A Catholic Monthly Magazine

Votive Candles

Fr Merv Duffy sm

by Fr Merv Duffy sm

I am back into my normal working routine, lecturing at Good Shepherd College and the sabbatical I had last year seems a long time ago and even more pleasant in hindsight. I was nostalgically looking through photographs and I came across the ones illustrating this article.

I was wandering in central Paris when it started raining quite heavily. I ducked into a church called St Germain-des-Prés. It was bigger than it had looked from outside. High vaulted aisles. Side-chapels with statues and tombs. The interior was shadowed and dark on that rainy day. It was quiet and very prayerful.

St Germain exterior


Near the back of the church there was a beautiful statue of the Madonna and child in a elaborate gothic frame, white and gold against a blue background. Surrounding it were banks of votive candles, glowing in the dimness and scenting the air.

There was an honesty box arrangement for buying candles. The candles came in different sizes, colours and prices. An eight euro candle looked like it would burn for a week.

In no hurry to go back out into the rain, I stayed for a time, saying a few prayers, doing a bit of people-watching and thinking about the phenomenon of votive candles.

People came, dropped coins in the box, selected a candle (or several candles) found a space for them, set them up and lit them, then knelt at the prieu-dieu or sat on one of the pews for a longish time in silence before venturing back out into the bustle of the city.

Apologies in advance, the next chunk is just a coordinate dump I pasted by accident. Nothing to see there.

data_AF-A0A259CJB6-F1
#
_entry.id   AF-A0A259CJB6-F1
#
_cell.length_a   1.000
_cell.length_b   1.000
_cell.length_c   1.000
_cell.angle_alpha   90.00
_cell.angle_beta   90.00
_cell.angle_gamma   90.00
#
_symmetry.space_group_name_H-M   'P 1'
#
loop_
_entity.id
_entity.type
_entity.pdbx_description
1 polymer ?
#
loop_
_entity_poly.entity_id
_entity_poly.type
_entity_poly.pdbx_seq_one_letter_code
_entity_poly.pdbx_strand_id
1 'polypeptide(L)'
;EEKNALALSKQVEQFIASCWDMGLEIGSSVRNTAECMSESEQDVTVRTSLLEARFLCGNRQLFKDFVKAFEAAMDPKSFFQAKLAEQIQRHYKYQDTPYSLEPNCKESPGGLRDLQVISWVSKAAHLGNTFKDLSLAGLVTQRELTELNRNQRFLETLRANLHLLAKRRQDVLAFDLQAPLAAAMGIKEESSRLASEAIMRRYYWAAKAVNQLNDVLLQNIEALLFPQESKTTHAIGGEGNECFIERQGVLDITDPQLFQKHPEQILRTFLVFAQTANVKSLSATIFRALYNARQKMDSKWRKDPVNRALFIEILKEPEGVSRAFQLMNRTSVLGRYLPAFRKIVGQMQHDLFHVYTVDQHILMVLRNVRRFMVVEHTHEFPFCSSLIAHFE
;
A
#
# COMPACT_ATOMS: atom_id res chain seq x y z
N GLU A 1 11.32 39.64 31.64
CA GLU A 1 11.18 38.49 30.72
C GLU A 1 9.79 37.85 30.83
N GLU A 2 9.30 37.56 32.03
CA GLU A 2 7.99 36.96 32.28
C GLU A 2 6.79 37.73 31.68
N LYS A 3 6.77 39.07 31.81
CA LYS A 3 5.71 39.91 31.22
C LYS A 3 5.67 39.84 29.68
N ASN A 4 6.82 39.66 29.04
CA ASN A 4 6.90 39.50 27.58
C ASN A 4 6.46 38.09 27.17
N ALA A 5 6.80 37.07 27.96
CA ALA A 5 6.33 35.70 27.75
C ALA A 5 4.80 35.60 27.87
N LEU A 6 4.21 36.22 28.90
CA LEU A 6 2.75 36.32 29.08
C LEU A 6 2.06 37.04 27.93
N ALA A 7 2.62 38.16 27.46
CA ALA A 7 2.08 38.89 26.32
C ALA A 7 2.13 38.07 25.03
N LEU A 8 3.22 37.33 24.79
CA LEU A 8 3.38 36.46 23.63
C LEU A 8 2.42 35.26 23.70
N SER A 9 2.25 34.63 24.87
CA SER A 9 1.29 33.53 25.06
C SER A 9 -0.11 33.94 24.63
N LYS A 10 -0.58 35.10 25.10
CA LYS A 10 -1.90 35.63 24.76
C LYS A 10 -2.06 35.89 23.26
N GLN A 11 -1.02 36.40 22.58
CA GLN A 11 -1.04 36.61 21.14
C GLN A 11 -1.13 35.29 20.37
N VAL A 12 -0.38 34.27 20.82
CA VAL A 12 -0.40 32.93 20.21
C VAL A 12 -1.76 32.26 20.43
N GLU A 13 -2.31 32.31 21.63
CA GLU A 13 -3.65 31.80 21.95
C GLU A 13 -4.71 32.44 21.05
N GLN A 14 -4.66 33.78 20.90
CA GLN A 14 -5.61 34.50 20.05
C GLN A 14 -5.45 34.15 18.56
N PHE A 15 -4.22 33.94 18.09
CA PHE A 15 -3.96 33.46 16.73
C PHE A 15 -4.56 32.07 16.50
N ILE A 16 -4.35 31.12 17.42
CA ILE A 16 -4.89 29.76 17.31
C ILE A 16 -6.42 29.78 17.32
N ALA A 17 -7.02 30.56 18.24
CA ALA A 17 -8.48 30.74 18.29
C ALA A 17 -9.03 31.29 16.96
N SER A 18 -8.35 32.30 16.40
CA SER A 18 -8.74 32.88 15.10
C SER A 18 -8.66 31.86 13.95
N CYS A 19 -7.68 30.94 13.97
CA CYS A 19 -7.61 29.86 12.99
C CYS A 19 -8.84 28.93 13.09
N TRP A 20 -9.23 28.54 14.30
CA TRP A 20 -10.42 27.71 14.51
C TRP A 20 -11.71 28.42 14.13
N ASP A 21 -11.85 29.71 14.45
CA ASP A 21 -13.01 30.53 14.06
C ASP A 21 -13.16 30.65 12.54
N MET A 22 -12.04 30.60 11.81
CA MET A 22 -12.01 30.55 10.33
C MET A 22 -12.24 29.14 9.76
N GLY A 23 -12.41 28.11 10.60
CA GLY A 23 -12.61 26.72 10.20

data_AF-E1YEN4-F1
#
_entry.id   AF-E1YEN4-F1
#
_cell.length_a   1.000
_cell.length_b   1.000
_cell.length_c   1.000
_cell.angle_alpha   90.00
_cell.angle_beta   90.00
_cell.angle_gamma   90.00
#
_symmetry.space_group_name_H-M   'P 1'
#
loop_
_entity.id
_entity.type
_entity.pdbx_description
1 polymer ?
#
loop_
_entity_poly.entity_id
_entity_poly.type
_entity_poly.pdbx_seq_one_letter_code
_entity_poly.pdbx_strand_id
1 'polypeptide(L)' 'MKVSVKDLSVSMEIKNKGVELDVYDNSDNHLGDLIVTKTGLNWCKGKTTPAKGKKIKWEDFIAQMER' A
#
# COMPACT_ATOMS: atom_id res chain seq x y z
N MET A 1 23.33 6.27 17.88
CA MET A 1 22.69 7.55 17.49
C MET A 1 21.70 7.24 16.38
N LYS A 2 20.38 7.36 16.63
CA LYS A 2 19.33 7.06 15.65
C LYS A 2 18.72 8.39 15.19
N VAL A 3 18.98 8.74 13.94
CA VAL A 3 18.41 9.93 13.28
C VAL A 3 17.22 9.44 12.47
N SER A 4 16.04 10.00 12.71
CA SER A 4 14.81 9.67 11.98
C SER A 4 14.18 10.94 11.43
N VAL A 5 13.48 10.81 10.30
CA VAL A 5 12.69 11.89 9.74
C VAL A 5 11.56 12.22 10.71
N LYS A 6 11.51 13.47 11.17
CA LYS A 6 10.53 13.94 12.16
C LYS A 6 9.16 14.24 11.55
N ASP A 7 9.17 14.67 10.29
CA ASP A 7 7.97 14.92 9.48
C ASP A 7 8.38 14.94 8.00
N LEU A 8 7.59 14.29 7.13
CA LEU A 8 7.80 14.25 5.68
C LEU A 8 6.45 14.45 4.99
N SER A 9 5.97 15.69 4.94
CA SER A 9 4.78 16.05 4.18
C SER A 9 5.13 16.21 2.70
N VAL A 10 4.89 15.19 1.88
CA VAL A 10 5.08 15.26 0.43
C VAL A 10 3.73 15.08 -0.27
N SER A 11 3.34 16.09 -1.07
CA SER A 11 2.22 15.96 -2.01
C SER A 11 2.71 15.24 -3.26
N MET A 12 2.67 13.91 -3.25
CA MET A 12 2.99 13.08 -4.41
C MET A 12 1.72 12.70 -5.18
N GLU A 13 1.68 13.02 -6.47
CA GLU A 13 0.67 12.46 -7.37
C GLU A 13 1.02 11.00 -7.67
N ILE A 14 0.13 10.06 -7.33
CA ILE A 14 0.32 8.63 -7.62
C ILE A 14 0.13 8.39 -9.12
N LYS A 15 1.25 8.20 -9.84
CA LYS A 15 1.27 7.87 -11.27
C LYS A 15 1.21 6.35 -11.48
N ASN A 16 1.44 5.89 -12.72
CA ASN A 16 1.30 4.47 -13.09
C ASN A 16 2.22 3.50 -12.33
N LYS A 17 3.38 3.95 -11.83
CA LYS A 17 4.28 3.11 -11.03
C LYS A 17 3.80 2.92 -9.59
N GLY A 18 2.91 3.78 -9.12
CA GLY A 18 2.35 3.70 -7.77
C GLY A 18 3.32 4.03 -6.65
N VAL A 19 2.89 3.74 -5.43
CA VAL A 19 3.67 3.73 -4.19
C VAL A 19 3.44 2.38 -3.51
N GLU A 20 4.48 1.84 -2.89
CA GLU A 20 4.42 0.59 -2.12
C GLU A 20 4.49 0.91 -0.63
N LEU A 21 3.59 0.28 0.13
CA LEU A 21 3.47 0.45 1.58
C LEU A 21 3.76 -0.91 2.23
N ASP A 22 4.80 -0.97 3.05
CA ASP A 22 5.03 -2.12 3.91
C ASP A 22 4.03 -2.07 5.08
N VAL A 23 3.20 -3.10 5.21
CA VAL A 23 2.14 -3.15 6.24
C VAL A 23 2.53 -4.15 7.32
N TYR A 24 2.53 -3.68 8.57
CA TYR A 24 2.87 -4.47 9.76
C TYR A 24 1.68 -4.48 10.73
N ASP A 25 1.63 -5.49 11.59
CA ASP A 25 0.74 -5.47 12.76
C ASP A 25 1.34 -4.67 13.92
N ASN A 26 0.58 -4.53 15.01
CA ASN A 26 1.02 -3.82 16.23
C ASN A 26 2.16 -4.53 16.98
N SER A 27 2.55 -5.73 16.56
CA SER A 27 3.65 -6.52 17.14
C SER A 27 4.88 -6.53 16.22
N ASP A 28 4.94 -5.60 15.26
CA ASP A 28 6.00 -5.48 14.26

Votive Candles

Interior of St.Germain-des-Prés

I remembered the explanation I was given as a child, that the candle symbolized my prayer and after I left the candle continued praying.

Votive candles are a very old idea that Christianity baptized. We see the candle as a symbol of ‘Christ the light’ as we declare in the Easter liturgy. The Paschal Candle is the “great candle” of our liturgy but we have lots of other ‘lights’. Candles illuminate the altar during the eucharist, the lighted candle is a symbol of faith at baptism, and the Paschal candle stands before the casket in a funeral. As they were being used in the Parisian church, a candle is the symbol of an intention – one candle for one prayer.

Prayer is not always easy. People who have not prayed for a long time, or who cannot find words, can still light a candle. Children find it delightful and appealing. It is a public act, yet at the same time very private – your action is flamingly obvious (sorry, I couldn’t resist the pun) but your intention is known only to you and God.

The Catholic faith is happy to use material objects for spiritual purposes. Holy water, holy relics, holy pictures and the like. Creation can aid and assist the lifting of the human mind and heart to God. Fire is a primal symbol and it impacts the human psyche at a very deep level. Pope Benedict in his encyclical God is Love reminded us that we are not beings of pure spirit:

It is neither the spirit alone nor the body alone that loves: it is the person, a unified creature composed of body and soul, who loves.( Benedict XVI, Deus Caritas Est 5)

Votive candles are making something of a comeback in New Zealand churches, and that seems to me to be a very good thing. In the dimness of that church in Paris, the flickering light of the votive candles before Mary’s statue spoke to me of faith, prayer and hope.


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